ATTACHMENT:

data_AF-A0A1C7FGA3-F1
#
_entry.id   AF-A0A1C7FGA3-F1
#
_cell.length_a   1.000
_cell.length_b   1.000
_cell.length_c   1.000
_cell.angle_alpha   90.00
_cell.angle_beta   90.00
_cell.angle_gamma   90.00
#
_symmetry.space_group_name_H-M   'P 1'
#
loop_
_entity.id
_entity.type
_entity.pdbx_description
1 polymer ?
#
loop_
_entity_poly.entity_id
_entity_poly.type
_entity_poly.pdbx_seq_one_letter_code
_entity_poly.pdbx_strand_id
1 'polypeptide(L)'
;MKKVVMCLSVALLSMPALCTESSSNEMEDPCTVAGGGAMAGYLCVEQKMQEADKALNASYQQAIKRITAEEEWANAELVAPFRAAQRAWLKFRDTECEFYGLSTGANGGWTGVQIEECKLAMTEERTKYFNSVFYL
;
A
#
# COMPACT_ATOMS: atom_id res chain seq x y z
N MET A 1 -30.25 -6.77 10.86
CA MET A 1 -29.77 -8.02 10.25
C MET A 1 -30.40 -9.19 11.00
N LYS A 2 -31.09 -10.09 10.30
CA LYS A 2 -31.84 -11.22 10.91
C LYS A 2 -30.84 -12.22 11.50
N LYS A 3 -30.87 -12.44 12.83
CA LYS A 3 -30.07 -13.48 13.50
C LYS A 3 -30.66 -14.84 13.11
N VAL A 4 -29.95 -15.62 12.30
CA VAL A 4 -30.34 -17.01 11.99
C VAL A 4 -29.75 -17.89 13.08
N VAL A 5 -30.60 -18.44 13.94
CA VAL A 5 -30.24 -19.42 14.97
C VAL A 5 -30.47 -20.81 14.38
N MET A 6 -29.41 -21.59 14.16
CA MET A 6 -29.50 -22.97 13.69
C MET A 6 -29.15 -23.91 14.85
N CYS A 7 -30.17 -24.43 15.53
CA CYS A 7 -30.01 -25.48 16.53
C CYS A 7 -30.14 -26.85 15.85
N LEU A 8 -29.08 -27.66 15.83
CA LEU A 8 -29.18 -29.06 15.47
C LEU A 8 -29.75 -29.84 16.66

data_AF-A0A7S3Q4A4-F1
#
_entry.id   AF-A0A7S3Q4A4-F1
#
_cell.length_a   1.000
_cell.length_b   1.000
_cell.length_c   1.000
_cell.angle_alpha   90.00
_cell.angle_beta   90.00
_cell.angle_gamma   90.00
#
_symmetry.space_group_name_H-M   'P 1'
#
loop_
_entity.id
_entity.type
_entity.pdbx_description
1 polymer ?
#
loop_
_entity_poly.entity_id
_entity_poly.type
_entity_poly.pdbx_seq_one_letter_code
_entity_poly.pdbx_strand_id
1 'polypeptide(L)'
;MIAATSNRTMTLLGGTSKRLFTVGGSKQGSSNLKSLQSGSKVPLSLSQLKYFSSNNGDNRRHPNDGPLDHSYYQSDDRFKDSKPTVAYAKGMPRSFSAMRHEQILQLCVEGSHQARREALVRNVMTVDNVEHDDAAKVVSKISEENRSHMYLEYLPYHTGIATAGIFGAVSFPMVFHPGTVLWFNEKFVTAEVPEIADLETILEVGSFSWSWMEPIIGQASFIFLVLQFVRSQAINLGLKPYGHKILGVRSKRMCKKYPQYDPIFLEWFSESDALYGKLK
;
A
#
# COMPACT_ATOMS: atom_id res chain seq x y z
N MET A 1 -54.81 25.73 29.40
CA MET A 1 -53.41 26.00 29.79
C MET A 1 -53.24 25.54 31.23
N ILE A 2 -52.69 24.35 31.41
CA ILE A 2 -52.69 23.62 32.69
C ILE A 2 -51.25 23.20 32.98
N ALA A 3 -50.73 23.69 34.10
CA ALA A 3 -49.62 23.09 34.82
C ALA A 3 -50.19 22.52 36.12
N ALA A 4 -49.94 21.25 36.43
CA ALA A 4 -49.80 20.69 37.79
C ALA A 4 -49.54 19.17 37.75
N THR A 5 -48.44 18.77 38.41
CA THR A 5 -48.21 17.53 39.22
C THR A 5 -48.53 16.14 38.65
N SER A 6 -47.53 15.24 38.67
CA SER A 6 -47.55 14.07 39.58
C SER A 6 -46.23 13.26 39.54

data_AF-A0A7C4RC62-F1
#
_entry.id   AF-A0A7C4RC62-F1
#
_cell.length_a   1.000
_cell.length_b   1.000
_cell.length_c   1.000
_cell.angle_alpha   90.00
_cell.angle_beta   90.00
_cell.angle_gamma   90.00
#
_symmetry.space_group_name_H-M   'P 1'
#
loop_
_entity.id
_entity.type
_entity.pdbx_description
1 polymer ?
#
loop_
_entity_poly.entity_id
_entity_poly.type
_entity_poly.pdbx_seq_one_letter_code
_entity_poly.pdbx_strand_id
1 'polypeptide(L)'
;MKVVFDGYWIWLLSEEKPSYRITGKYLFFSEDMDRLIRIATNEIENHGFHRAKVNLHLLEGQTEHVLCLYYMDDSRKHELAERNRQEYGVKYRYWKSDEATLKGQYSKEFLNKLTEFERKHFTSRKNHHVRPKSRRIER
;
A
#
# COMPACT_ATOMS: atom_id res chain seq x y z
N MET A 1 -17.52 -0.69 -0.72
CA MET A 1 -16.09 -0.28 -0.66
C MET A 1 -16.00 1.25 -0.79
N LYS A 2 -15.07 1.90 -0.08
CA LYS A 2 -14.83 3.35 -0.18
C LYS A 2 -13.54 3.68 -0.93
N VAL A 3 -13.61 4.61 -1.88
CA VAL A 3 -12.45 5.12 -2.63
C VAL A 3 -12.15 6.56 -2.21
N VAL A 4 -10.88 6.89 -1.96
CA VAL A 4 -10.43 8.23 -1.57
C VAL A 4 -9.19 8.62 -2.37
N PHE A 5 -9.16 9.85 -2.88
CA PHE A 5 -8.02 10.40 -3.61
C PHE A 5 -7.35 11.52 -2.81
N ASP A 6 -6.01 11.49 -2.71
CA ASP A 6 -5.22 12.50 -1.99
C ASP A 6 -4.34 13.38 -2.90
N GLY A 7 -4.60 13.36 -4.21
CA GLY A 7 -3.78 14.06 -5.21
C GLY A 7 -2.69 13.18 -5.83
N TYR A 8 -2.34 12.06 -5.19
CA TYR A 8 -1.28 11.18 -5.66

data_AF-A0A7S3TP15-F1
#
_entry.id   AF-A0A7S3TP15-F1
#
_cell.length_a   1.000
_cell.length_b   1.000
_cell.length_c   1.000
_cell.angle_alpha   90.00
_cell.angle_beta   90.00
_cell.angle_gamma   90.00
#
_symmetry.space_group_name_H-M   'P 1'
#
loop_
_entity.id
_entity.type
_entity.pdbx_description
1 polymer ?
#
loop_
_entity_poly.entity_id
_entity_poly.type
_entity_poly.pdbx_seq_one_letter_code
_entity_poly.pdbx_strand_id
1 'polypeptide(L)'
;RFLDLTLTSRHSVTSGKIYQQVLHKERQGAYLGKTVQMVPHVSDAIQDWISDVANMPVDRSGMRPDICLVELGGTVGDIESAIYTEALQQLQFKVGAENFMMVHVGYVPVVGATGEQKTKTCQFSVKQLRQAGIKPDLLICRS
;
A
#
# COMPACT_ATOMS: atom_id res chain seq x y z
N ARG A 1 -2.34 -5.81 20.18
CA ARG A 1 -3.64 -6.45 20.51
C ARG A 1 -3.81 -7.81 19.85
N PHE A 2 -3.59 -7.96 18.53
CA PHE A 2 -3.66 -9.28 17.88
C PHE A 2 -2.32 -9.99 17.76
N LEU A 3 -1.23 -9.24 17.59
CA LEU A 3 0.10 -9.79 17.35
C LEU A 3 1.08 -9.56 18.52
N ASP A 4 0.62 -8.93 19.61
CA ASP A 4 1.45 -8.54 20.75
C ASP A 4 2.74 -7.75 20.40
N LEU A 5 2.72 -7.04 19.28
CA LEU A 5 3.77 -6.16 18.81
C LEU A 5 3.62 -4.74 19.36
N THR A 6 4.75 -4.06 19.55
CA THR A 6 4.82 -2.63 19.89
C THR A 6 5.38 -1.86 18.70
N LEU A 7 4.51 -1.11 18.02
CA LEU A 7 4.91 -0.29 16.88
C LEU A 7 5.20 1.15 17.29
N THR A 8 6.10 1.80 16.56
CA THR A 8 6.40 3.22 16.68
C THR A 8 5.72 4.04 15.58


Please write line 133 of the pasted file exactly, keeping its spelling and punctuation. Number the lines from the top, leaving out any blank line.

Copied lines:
N MET A 1 -17.52 -0.69 -0.72